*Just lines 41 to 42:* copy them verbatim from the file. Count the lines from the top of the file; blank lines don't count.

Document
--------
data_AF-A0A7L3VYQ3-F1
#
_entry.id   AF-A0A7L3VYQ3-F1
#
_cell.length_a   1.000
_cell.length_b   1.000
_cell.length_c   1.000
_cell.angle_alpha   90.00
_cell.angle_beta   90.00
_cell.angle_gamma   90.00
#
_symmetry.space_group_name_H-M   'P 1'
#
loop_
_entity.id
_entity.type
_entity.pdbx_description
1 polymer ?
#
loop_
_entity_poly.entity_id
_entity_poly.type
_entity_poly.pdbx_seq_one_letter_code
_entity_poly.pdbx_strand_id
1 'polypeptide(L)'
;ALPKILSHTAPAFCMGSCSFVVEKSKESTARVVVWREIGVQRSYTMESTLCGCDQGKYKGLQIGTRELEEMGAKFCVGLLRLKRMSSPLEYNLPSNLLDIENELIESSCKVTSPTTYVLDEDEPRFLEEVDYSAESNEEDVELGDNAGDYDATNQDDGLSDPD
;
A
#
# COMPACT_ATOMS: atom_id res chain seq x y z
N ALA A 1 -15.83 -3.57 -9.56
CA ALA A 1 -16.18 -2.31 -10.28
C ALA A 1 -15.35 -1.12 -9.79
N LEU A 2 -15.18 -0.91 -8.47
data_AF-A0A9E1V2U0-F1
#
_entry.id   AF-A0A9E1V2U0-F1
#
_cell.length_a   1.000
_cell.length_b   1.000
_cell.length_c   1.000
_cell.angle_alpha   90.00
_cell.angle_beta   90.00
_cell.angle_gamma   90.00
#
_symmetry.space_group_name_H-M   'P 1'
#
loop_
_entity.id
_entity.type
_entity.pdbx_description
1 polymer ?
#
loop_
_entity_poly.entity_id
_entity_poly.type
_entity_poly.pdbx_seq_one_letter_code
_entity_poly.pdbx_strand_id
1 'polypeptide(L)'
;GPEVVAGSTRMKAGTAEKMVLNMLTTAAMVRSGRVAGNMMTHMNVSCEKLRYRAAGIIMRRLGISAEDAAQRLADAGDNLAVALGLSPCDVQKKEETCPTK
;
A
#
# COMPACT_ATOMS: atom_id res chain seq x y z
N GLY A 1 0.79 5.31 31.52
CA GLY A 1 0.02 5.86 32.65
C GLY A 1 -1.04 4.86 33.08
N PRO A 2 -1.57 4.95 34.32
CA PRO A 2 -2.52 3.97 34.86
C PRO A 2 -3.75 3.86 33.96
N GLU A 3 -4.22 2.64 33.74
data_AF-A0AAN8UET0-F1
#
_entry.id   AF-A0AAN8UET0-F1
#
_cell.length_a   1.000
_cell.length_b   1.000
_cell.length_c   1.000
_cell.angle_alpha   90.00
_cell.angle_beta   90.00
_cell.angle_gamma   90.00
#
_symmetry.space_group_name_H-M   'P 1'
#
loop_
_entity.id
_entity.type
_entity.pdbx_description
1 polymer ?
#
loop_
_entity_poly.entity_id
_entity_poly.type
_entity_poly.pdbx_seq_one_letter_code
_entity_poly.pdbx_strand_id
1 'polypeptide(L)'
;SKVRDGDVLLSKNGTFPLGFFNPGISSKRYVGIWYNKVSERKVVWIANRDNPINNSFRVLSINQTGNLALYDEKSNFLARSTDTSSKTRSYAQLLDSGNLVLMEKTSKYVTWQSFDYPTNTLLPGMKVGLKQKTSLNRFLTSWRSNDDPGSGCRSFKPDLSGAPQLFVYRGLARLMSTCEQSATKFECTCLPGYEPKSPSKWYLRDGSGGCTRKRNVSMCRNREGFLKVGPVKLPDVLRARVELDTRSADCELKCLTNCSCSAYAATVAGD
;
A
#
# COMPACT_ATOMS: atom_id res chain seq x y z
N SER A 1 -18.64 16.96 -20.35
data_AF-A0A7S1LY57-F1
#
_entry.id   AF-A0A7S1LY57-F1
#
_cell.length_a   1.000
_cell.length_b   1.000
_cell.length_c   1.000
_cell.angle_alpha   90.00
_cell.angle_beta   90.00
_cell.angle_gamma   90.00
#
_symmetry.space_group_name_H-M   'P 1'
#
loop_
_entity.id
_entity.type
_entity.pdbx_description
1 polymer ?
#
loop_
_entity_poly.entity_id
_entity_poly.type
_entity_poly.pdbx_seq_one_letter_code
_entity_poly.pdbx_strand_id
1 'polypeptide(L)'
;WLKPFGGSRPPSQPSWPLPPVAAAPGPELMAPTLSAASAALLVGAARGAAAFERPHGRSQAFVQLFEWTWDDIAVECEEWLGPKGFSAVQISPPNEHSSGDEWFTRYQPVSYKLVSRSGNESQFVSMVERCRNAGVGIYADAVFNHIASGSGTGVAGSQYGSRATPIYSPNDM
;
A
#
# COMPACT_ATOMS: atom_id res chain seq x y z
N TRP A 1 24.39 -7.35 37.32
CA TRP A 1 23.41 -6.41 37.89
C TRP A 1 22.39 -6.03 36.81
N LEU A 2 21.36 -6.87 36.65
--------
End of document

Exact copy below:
_cell.length_c   1.000
_cell.angle_alpha   90.00